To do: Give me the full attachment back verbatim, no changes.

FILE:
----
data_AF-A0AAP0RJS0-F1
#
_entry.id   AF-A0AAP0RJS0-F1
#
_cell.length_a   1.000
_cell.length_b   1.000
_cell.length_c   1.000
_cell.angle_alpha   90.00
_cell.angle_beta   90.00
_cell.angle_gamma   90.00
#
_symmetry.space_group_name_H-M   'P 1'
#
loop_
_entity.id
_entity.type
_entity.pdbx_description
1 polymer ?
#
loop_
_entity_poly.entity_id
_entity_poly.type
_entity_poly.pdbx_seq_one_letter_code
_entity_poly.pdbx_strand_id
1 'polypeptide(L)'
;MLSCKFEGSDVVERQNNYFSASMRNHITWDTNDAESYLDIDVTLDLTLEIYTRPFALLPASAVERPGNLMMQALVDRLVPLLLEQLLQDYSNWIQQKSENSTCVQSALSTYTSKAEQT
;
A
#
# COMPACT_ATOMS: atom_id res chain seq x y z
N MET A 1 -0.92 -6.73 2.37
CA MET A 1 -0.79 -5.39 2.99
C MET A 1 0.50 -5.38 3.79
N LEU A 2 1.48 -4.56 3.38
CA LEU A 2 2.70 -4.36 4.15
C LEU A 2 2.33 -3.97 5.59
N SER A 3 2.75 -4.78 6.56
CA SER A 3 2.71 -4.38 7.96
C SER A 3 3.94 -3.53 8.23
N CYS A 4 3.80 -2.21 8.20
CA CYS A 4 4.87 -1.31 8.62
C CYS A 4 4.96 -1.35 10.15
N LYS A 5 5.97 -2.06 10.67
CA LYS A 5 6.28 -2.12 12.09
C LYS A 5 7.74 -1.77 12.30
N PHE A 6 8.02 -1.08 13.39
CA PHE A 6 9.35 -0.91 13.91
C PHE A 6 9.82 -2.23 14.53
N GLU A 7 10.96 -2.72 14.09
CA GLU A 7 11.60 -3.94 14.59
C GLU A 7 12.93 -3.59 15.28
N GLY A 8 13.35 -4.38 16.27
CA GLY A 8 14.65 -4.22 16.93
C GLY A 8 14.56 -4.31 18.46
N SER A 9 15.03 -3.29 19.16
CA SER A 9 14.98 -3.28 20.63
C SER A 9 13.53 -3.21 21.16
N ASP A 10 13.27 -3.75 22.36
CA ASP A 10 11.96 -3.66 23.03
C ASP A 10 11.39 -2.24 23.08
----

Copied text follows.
data_AF-A0AAP0RJS0-F1
#
_entry.id   AF-A0AAP0RJS0-F1
#
_cell.length_a   1.000
_cell.length_b   1.000
_cell.length_c   1.000
_cell.angle_alpha   90.00
_cell.angle_beta   90.00
_cell.angle_gamma   90.00
#
_symmetry.space_group_name_H-M   'P 1'
#
loop_
_entity.id
_entity.type
_entity.pdbx_description
1 polymer ?
#
loop_
_entity_poly.entity_id
_entity_poly.type
_entity_poly.pdbx_seq_one_letter_code
_entity_poly.pdbx_strand_id
1 'polypeptide(L)'
;MLSCKFEGSDVVERQNNYFSASMRNHITWDTNDAESYLDIDVTLDLTLEIYTRPFALLPASAVERPGNLMMQALVDRLVPLLLEQLLQDYSNWIQQKSENSTCVQSALSTYTSKAEQT
;
A
#
# COMPACT_ATOMS: atom_id res chain seq x y z
N MET A 1 -0.92 -6.73 2.37
CA MET A 1 -0.79 -5.39 2.99
C MET A 1 0.50 -5.38 3.79
N LEU A 2 1.48 -4.56 3.38
CA LEU A 2 2.70 -4.36 4.15
C LEU A 2 2.33 -3.97 5.59
N SER A 3 2.75 -4.78 6.56
CA SER A 3 2.71 -4.38 7.96
C SER A 3 3.94 -3.53 8.23
N CYS A 4 3.80 -2.21 8.20
CA CYS A 4 4.87 -1.31 8.62
C CYS A 4 4.96 -1.35 10.15
N LYS A 5 5.97 -2.06 10.67
CA LYS A 5 6.28 -2.12 12.09
C LYS A 5 7.74 -1.77 12.30
N PHE A 6 8.02 -1.08 13.39
CA PHE A 6 9.35 -0.91 13.91
C PHE A 6 9.82 -2.23 14.53
N GLU A 7 10.96 -2.72 14.09
CA GLU A 7 11.60 -3.94 14.59
C GLU A 7 12.93 -3.59 15.28
N GLY A 8 13.35 -4.38 16.27
CA GLY A 8 14.65 -4.22 16.93
C GLY A 8 14.56 -4.31 18.46
N SER A 9 15.03 -3.29 19.16
CA SER A 9 14.98 -3.28 20.63
C SER A 9 13.53 -3.21 21.16
N ASP A 10 13.27 -3.75 22.36
CA ASP A 10 11.96 -3.66 23.03
C ASP A 10 11.39 -2.24 23.08